Swanson had a MSG-free variation which I tried. Monosodium glutamate is a flavor enhancing ingredient often added to commercial bouillon cubes and broth. There is still a nice flavor without the MSG. This stock does have plenty of salt in it, so no extra salt is needed in the soup.
Cabbage and Stock Proportions. Most recipes called for “an average cabbage.” Cabbages vary in size and density, so I suggest weighing or measuring produce ingredients. I used 2 lb shredded cabbage. Here is 1 lb cabbage wedges.
An average amount of stock was 3 quarts (this is 12 cups). I used 32 oz beef stock (which is 4 cups) and added 8 cups water. This yielded enough broth so that there was ample broth and still plenty of cabbage in each serving.
Tomatoes. Some soup recipes used tomato sauce, others used fresh tomatoes and one used ketchup. Hum, I thought that ketchup was an interesting ingredient. It does add a spicy flavor. I used a combination of ketchup and canned diced tomatoes. I wanted tomato flavor but not a thick tomato taste. I don’t like to have parts of unopened cans sitting in my refrigerator, so used the entire can of tomatoes with the juice.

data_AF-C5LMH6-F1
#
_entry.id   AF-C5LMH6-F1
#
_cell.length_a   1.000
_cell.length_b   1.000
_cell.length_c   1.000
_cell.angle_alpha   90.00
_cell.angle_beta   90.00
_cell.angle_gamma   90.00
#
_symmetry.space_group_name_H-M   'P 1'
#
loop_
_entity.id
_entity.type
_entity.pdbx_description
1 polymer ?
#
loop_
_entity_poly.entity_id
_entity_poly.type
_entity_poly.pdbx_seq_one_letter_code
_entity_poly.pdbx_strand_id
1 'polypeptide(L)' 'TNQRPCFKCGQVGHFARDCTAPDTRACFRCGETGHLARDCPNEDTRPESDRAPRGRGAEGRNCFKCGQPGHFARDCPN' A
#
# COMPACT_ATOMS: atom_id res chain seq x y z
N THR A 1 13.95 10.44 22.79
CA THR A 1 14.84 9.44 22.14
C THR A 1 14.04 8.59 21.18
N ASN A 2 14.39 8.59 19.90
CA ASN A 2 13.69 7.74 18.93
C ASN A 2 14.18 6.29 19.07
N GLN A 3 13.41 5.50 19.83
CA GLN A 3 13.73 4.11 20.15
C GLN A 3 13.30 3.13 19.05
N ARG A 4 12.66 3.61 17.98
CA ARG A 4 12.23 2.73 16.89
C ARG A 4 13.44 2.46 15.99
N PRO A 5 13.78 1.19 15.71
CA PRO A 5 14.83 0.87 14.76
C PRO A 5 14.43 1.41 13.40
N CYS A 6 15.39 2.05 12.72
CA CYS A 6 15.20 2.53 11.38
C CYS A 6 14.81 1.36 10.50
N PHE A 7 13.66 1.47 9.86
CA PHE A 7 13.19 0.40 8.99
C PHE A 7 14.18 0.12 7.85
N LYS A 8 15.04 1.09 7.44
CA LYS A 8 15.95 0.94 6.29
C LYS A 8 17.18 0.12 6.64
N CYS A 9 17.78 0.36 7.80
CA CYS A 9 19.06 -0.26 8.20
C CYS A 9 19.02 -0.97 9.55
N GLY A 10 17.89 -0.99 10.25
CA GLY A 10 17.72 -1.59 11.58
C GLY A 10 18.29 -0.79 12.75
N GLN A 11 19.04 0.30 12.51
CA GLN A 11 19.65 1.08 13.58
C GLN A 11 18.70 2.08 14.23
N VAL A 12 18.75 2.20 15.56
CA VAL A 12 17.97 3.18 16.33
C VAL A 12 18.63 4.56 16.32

Sweet and Sour. The striking difference to this soup is the sweet and sour taste. For the sour flavor I found vinegar, lemon juice and citric acid tablets used. The sweet taste came from sugar or brown sugar. I find that, in general, equal parts of vinegar/lemon juice and sugar give a good balance. I tried lemon juice and brown sugar. This worked well.
Other flavors. Of course, I added onion, garlic and black pepper. But there really weren’t other ingredients in the reference recipes. Not any added oil or fat. It’s a low-fat soup!